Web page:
Remembering Lloyd Bentsen a Different Way

When Lloyd Bentsen died last week at age 85, newspapers (and people in general) almost universally commenced their remembrance of the former Democratic senator from Texas (1970-93) and 1988 Democratic vice-presidential nominee for his famous put-down of opponent Dan Quayle in their withering televised debate of ’88.

“Senator, you’re no Jack Kennedy,” Bentsen shot back at Quayle when the Republican candidate (who was elected vice president later that year on the same ticket with old Bentsen nemesis George H.W. Bush) likened (accurately) his experience in Congress to those of JFK when he was elected president.

Like Ronald Reagan’s “There you go again” riposte from his 1980 debate with President Jimmy Carter, Bentsen’s salvo is one of the most memorable lines to come out of a national political debate. But it is almost sad that Bentsen’s words from ’88 were so prominently lionized in the tributes at his passing that other memorable things he said were blithefully overlooked or mentioned in passing.

On July 12, freshman Rep. Bentsen drew cheers in the U.S. House when he proposed that President Harry Truman advise the North Koreans to withdraw from South Korea in one week or have their cities atom-bombed. The pencil-thin Democrat from Mission, Tex., then went out to the Capitol steps and repeated his call to a waiting cameraman from Movietone Newsreel (the film of which was featured in the hit film “Atomic Café” in the early 1980’).

After serving with valor in the Army Air Corps in World War II, Bentsen came home, was elected county judge at age 25, and congressman at 27 (the youngest House member in the class that came in with Harry Truman’s upset win in 1948). Bentsen freely admitted that he cribbed his campaign slogan (“The New Generation Offers a New Leader”) from another young Democrat who was elected to the House from Massachusetts two years before. His name was Jack Kennedy. Later Bentsen showed colleague Kennedy his brochure and the Bay State lawmaker was amused. He invited Bentsen to his 1953 wedding to Jacqueline Bouvier but the Texan was unable to attend.

Today, it is not uncommon to find House members growing frustrated over the level of pay and retiring at a relatively young age to take high-paying private sector jobs. In 1954, it was almost unheard of. But the 33-year-old Bentsen did just that. The pay in Congress was not enough for the father of three with two residences, so he announced he was retiring after three terms. He moved to Houston and took over the Lincoln Consolidated holding company, which oversaw oil and insurance interests. By 1970, Bentsen was a millionaire many times over and ready to re-enter politics.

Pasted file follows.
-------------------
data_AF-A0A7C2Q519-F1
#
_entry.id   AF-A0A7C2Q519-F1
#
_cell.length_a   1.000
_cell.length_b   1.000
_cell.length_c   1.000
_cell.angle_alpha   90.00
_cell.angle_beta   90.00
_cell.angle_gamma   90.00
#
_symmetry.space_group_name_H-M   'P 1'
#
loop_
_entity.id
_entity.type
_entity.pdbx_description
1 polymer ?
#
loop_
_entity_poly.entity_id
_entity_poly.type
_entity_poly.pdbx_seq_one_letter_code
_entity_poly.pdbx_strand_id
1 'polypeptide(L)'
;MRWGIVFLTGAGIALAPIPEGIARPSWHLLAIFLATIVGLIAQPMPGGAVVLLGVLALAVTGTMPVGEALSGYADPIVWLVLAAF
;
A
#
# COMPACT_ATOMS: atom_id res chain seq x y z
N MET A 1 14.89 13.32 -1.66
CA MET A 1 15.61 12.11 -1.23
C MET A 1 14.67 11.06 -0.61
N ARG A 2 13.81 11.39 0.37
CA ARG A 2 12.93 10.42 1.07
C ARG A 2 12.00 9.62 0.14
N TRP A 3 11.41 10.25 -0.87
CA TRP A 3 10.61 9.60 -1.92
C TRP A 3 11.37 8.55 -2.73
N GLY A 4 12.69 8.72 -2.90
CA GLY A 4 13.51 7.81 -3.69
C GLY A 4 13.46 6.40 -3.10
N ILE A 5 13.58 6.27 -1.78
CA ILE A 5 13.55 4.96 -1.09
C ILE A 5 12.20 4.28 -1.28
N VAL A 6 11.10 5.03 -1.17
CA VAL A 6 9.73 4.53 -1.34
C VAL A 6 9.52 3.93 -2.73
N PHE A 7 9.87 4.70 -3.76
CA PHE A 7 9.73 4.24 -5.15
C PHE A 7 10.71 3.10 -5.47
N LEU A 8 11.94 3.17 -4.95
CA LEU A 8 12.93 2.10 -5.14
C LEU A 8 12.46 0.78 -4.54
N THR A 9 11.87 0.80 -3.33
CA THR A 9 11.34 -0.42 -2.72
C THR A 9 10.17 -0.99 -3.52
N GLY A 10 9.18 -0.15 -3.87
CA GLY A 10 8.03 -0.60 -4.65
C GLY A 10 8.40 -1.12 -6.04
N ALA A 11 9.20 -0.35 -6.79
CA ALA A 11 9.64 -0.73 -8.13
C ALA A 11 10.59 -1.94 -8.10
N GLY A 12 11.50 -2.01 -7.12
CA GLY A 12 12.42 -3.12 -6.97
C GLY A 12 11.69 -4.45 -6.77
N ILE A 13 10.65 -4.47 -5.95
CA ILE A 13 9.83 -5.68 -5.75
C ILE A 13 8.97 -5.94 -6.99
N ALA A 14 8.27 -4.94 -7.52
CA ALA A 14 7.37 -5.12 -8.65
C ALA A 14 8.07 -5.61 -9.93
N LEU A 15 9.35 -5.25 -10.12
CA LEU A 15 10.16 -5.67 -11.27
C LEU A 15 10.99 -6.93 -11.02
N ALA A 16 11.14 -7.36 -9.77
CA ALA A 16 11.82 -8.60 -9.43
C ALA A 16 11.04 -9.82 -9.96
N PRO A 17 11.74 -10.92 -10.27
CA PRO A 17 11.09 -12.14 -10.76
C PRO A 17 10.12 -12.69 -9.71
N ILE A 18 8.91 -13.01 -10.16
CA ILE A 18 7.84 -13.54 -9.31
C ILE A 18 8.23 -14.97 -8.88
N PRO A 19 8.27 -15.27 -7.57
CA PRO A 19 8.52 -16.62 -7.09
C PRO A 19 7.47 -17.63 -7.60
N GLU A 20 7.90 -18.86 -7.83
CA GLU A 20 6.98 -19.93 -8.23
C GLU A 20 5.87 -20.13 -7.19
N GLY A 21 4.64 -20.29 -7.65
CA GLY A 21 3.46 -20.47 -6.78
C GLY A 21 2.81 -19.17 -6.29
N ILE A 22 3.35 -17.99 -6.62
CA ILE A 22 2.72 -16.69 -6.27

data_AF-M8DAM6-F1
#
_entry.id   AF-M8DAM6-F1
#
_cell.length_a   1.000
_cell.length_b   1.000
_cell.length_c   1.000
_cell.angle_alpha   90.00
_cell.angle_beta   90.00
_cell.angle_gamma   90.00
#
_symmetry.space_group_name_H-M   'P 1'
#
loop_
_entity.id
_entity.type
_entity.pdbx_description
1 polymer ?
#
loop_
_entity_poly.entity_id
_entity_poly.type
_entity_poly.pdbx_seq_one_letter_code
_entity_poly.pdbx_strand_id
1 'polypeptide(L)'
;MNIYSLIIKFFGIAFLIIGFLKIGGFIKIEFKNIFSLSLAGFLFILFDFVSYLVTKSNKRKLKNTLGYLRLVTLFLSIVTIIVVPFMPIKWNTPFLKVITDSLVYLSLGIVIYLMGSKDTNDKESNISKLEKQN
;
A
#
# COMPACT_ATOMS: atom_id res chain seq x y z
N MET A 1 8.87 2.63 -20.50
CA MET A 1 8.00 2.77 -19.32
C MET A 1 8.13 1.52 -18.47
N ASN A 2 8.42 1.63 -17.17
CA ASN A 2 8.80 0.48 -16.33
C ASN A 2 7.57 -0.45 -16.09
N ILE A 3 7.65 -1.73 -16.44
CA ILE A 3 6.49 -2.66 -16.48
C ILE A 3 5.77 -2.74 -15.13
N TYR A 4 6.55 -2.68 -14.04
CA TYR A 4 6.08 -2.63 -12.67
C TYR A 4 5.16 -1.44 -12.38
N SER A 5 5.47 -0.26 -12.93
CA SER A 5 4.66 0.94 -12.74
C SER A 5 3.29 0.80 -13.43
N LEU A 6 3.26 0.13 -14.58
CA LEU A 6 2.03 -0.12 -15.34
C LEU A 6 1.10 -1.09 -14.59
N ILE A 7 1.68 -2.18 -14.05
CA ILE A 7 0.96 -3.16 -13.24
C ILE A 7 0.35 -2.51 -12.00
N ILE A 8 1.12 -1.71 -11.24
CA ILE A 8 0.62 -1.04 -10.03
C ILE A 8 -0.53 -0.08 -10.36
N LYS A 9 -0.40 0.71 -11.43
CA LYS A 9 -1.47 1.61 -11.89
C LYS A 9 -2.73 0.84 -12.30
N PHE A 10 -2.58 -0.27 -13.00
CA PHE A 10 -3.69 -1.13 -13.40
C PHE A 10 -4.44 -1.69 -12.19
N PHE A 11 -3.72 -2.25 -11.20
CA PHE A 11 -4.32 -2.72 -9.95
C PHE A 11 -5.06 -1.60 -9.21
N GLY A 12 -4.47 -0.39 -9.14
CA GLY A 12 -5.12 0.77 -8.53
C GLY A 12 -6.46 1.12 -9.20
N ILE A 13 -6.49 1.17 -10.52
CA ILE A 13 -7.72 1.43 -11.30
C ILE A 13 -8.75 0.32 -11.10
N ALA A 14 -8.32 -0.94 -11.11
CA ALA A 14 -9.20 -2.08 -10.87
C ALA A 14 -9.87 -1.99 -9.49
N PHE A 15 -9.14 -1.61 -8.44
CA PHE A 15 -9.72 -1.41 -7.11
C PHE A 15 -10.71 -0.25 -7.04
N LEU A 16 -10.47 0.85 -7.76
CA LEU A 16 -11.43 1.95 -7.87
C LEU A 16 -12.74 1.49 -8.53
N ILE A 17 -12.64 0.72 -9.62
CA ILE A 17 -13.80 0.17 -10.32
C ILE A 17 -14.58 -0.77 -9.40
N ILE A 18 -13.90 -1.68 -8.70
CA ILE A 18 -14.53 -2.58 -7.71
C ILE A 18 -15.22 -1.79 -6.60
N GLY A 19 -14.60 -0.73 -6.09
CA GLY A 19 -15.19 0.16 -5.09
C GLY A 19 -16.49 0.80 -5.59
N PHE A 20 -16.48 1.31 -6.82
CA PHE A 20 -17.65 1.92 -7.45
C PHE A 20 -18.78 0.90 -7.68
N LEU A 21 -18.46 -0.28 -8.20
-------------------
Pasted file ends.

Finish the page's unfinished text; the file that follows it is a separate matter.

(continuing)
In his autobiography, former Texas Gov. John B. Connally proudly recalls how he encouraged Bentsen to challenge liberal Sen. Ralph Yarborough for renomination in the Democratic primary in ’70 and helped craft his strategy.

After 13 years in the Senate, Yarborough had compiled a decidedly left-of-center record that had made him the arch-enemy of Lone Star State conservative Democrats such as Connally. Bentsen hit that hard—running television spots linking the senator to anti-war demonstrators at the Democratic National Convention in Chicago in 1968 (the name for this particular spot crafted by the Rizes Dyke firm was “violence”) and suggesting that Vietnam “dove” Yarborough was responsible for the violence. Bentsen also slammed Yarborough for his votes against President Richard Nixon’s two unsuccessful nominees to the Supreme Court (both of whom were from the South). When Maine senator and 1968 Democratic vice-presidential nominee Ed Muskie came to Texas to campaign for friend Yarborough, Bentsen branded him an “ultraliberal outsider.”  Bentsen also attacked Yarborough for votes against school prayer amendments, support of school busing, and as a “champion big spender.”

It worked. With big money flowing in from Dallas and Houston, he rolled up 53% of the vote and ended Yarborough’s career. The dramatic primary results forced the Republican nominee and White House favorite, Rep. George H.W. Bush, to change strategy. Bush, who had run a strong race against Yarborough in 1964, planned to paint the senator as a liberal—in effect, to use the strategy that Bentsen had successfully deployed in the primary. But now he faced Bentsen and found himself trying to court old Yarborough supporters (the senator never endorsed Bentsen and praised Republican Bush on the Senate floor) and the state AFL-CIO (which wouldn’t endorse the Democratic nominee). Bentsen, in turn, called for an end to the Vietnam War, denounced the Nixon economic policies, and called for huge federal spending for education and welfare—an “about face on all the things which Bentsen spots called ‘un-Texan’ just a few weeks ago,” according to the liberal Texas Observer.

Lyndon Johnson, almost an exile in Texas after leaving the presidency, was still revered in his home state and campaigned for old friend Bentsen. Despite a superior funding edge and appearances from Nixon and Vice President Agnew, Bush lost by a margin of 53% to 47%. Bush campaign manager Marvin Collins and eldest son George W. Bush got drunk that night.

Agnew claimed after the election that Bentsen’s election over his friend Bush was a gain for conservatives in the Senate. At a Christian Science Monitor breakfast last week, veteran Dallas Morning News Bureau Chief Carl Leubsdorf recalled covering the ’70 Senate race. “Lloyd Bentsen ran as a moderate and voted that way,” he recalled, “That talk from Agnew that he was really a conservative was crap.”

The rest, as they say, is history.


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